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White boss shoots young Black employee

By Zavier Muhammad | Last updated: Dec 10, 2012 - 1:05:02 PM

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Earnest Hoskins, Jr., 21 with his wife Nikki Hoskins, 25 and daughter Alexis, 5.
(FinalCall.com) - LITTLE ROCK, Ark. - An early Friday in November should have been the end of the work week for 21-year-old Ernest Hoskins of North Little Rock. His shooter is expected to go to trial in January.

What started out as a routine business meeting at the home of his boss ended with the death of the young father and newlywed.

According to witnesses, the owner of Reynell Industries, Christopher Reynolds, 34, of Ward, Ark., became upset over sales figures from the previous week.

According to the affidavit, one witness asserted owner Reynolds had complained that Mr. Hoskins had not been “producing” for the business, got a gun and fired it at Mr. Hoskins.

Mr. Reynolds stated in an affidavit that he picked up the gun, a .44 magnum, pointed the gun at Mr. Hoskins head and pulled the trigger but the gun did not fire.

“I then pulled the slide back and a round went into the chamber” and the gun went off while he was trying to “de-cock” it by pulling the trigger and holding the hammer.

That shot struck Mr. Hoskins in the head and ended his life in a small town approximately 30 miles north of Little Rock.

According to Nikki Hoskins, Earnest’s wife of less than five months, her husband had just received a promotion. He was made regional sales manager over the southern U.S., she said. He was at his boss’s house every day, and the employer extended dinner invitations to the couple.

Mr. Reynolds even took Earnest to meet his parents and enjoyed breakfast and lunch with them on more than one occasion, she added.

Ms. Hoskins described the relationship between her husband and his employer as unusually close, which made his death even more difficult to explain.

Earnest received a gift of a sword in the mail from Mr. Reynolds Nov. 5, four days before the shooting, she said. She told him he could not keep in the house. But then came gifts of several daggers Nov. 6, about which Mr. Reynolds allegedly said, “You’ll have to use them sooner or later,” according to the young widow.

The Black community has grown outraged over the handling of the case. The shooting took place Nov. 9 and Mr. Reynolds was not arrested until Nov 24. Speaking at a Nov. 26 prayer vigil attended by family and friends on the steps of the Arkansas State Capitol, attorney Benjamin L. Crump of the law firm Parks Crump said no one had said who was in charge of or in control of the investigation. There appeared to be confusion about who was heading the investigation with finger pointing between state police and the prosecutor, he added.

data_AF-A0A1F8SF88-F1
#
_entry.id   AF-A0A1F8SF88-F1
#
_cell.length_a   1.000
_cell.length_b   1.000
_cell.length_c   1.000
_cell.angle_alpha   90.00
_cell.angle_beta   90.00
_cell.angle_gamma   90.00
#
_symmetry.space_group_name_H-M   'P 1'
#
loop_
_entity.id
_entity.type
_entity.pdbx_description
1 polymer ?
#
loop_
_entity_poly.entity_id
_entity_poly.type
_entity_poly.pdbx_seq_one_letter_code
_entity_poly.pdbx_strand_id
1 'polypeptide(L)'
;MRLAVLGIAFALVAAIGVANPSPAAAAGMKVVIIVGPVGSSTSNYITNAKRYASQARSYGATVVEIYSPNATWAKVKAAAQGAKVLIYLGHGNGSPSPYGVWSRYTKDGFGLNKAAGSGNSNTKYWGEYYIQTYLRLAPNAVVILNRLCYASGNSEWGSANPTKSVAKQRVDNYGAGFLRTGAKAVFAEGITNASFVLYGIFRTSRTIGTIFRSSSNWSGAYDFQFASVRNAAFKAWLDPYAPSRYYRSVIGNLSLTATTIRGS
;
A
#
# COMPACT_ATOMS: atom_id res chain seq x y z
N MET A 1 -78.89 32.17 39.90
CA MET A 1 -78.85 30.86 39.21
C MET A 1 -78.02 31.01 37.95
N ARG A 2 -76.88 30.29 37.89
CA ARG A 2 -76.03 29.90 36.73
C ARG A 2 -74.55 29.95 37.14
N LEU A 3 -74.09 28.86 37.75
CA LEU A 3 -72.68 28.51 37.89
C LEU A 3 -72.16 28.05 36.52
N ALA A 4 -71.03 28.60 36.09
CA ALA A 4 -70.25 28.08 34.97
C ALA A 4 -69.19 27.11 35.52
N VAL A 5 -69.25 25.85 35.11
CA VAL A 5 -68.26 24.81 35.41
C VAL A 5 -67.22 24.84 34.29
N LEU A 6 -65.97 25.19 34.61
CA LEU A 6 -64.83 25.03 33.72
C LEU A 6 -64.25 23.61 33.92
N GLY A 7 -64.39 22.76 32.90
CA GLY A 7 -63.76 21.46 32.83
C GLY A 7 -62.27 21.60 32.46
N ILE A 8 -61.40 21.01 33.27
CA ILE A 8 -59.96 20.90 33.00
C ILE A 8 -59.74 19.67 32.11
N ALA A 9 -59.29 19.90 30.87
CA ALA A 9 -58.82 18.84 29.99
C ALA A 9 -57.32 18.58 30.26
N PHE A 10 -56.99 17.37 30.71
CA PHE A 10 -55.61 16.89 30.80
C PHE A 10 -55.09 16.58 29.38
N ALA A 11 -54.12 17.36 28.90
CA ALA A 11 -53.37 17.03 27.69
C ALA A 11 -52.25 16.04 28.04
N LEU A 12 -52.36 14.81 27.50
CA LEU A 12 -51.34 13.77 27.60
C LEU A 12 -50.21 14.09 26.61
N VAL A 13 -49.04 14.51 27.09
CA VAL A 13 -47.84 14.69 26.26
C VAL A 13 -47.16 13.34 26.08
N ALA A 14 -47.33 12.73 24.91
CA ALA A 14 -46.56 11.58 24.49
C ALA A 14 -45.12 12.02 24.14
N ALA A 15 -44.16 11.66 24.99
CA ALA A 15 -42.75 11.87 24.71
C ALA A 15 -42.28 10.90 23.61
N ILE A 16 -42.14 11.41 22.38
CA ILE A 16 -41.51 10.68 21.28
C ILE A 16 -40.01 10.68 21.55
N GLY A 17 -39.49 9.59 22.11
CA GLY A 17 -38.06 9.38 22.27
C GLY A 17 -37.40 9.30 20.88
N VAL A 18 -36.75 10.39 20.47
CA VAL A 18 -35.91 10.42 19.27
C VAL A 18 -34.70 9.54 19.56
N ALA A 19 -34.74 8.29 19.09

Rev. Stacy Lee Allen, an activist with the group Stop the Violence and an ex-offender, spoke emotionally about gun violence and of firsthand knowledge of punishment for gun violence. He could not understand how it took so long to issue an arrest warrant. A bond hearing was held Nov. 27 and bond was set at $100,000. This has further outraged a community struggling to understand the lack of news coverage of the shooting and the length of time between Mr. Hoskins’ death and the Reynolds arrest.

There were several speakers at the prayer vigil, including family of the victim, attorneys, clergy and community activists.

Monica Hoskins, mother of the victim, was visibly shaken while attempting to address the media.

Speaking through tears and physically supported by those standing with her, she said,

“That was my son. That was my baby … My one and only son.”

Nikki Hoskins, 25, stood with such strength. “My husband was the sweetest man you would ever want to meet,” said Mrs. Hoskins, who is in the Army. “He showed me this love that you only figured is alive in story books and fairy tales,” she said.

Military weapons training left her wondering why someone would bring a weapon into a business meeting. “Why was a loaded gun pointed at my husbands?” she asked. “I’m a widow at 25.”

She shared how couple’s adopted daughter asks daily, “When is my daddy coming home from heaven? That’s the hardest thing,” according to Mrs. Hoskins.

Earnest and Nikki Hoskins were newly married. They were planning a church wedding in upcoming months. She described her husband as a very romantic man, who she had known him since he was 17. He first expressed a romantic interest in her online, but she brushed him off as not serious.

He continued to pursue her over two and one-half years. She finally gave in and they began date July 27, 2011. Because of the way they met, many openly doubted that an online romance could turn into anything substantive. Mr. Hoskins, a song writer, rapper and poet, would write a poem and bring her flowers and candy at work every month on the 27th, recalled his widow. He started the first month after they began to date. Earnest proposed to her after dating for five and a half months. One year after they started dating, they married.

He had plans of joining the air force and investing in real estate. The opportunity that opened at Reynell Industries excited Mr. Hoskins, according to his wife. He enjoyed his job and the opportunity that it afforded him to better take care of his family, she added.

Mr. Hoskins worked there for two months and received a promotion days before the shooting.

Since the shooting, Reynell Industries website has been taken down and the company’s phone has been disconnected.

According to the Go Big Network, Mr. Reynolds was seeking 25,000,000 from potential investors for his company. Reynell Industries was described as a company that provided compressed natural gas conversion kits for automobiles and proposed opening service centers and filling stations throughout the state for vehicles that use natural gas.

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